Strategies to Address COVID-19 Related Stressors in Healthcare Settings
Ashraful Islam, MS; The University of Louisiana at Lafayette
Matthew Henninger, BA; University at Buffalo, The State University of New York
Beenish Chaudhry, PhD; The University of Louisiana at Lafayette
Healthcare organizations across the globe are implementing strategies to support their workforces in coping with the unprecedented demands of the Covid-19 pandemic. Below, we provide a few highlights from these strategies that healthcare organizations can consider. As well as skills healthcare workers can use as they manage the devastating demands and effects from an overburdened healthcare system.
Healthcare organizations may want to consider:
- Providing financial incentives including hazard payments and work-related injury insurance to their staff for working as essential employees in high-risk environments.6
- Seeking additional medical and support staff to care for patients and manage physical and mental well-being of health workers who are putting in longer shift hours to care for patients. Integrated healthcare clinics can utilize their fellow team members to help share the burden created by stressed and anxious patients.
- Encouraging health workers to voice their concerns, ask questions, and express their anxieties. Peer support can be encouraged.
- Acknowledging every health worker’s effort in combating the virus, not just of doctors’ and nurses'.
- Providing regular updates to not only health workers, but also general workers on the status of the practice and protocols. As well as helping them understand how various challenges are being addressed to alleviate concerns.
- Increasing investment in the occupational health and wellness of workers by making it a part of organization’s annual budget.6
- Learning from recent experiences to guide future training to combat pandemics including increasing health workers’ confidence and skills to help them stand against potential viruses.
- Devising standardized procedures for daily or even routine health surveillance and environmental monitoring of healthcare workers.2 For example, health workers could be provided appropriate devices such as smartwatches to collect required data.
- Setting up data monitoring centers in collaboration with computational scientists to monitor variables (e.g. stress levels, environmental factors), and devising strategies to organize shifts and work patterns of health workers, along with performing ongoing monitoring of their health status.2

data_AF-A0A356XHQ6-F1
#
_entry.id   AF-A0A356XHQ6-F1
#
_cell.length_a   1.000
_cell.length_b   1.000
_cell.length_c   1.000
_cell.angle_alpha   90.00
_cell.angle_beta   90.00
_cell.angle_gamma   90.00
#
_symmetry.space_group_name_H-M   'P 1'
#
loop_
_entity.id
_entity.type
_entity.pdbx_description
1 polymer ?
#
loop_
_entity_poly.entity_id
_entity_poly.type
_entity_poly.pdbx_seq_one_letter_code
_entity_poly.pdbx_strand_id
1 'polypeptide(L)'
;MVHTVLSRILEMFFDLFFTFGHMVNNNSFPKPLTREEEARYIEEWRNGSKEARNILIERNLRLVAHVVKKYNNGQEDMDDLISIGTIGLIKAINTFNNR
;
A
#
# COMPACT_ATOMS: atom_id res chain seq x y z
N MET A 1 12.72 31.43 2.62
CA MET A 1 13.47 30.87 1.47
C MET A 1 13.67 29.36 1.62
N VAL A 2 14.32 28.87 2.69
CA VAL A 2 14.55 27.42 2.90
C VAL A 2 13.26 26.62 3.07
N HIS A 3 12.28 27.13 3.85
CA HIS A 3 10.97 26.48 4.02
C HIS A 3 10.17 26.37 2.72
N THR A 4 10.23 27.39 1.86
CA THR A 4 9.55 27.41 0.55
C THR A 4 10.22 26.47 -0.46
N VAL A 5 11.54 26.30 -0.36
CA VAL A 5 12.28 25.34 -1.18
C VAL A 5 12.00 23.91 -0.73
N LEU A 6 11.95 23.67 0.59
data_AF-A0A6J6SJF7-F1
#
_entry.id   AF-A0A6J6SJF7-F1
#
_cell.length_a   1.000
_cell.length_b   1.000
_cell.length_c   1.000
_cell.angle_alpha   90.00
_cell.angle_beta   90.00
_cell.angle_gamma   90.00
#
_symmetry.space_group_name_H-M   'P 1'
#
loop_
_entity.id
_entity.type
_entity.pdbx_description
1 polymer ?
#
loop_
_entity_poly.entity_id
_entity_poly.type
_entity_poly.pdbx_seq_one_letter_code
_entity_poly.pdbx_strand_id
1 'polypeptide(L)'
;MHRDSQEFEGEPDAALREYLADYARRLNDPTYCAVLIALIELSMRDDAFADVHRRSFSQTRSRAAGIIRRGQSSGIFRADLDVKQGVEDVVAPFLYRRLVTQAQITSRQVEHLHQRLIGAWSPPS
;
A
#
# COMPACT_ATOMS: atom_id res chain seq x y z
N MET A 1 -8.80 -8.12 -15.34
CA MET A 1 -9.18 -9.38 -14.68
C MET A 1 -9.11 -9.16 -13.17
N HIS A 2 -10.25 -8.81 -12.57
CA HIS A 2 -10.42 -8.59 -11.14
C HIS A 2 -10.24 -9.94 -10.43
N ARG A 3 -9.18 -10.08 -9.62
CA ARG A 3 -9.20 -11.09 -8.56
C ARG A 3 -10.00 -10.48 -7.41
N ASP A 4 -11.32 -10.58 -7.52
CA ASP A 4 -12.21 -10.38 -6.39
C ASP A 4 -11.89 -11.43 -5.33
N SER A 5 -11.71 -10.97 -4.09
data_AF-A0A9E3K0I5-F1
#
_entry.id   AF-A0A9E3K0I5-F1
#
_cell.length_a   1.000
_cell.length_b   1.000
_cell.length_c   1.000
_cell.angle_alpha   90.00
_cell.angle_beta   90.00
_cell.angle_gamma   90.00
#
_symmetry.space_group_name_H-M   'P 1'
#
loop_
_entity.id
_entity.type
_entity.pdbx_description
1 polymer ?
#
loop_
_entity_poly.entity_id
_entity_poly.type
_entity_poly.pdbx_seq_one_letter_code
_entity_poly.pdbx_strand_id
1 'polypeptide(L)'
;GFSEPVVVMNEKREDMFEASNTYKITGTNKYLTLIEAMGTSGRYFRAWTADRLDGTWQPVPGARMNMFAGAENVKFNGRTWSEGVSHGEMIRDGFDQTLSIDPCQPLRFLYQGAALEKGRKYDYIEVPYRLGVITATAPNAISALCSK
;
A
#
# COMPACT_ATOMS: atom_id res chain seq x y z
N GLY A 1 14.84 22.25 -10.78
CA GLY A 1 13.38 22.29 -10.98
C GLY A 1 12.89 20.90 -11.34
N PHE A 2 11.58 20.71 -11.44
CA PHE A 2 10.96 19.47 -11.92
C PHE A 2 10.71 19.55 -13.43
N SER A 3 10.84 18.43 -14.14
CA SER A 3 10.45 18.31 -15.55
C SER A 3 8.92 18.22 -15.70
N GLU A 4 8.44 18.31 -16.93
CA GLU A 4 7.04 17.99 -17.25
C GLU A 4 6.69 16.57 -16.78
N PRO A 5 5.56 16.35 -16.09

- Partnering with local community organizations to garner support for the health workers, including volunteer health workers, PPE gear, PPE substitutes, etc.8,9
- Training first responders and health care professionals to evaluate the psychosocial issues surrounding COVID-192: https://www.who.int/mental_health/publications/guide_field_workers/en/
- Taking measures to educate the public as the pandemic continues to evolve. Initially, the message was flatten the curve, but this has not been enough to change behaviors as evident by the surge in positive cases following the reopening of several states in the United States.
Individual health workers (including nurses, doctors, frontline workers) can consider:
- Preparing for the “parallel pandemic” of mental health issues that will continue beyond this pandemic.4,5 There has been significant increase in psychosocial stressors among not only patients but also primary care providers. COVID-19 is a threat to which the body and the mind are instinctually responding to by exhibiting stress responses.4
- Educating themselves about the unique pressures, fears, and demands of COVID-19 pandemic. Obtaining trainings that offer strategies to cope, persevere, and survive each day such as those offered by Dr. Tina Runyan and Dr. Joan in their video series. https://www.crowdcast.io/caringforclinicians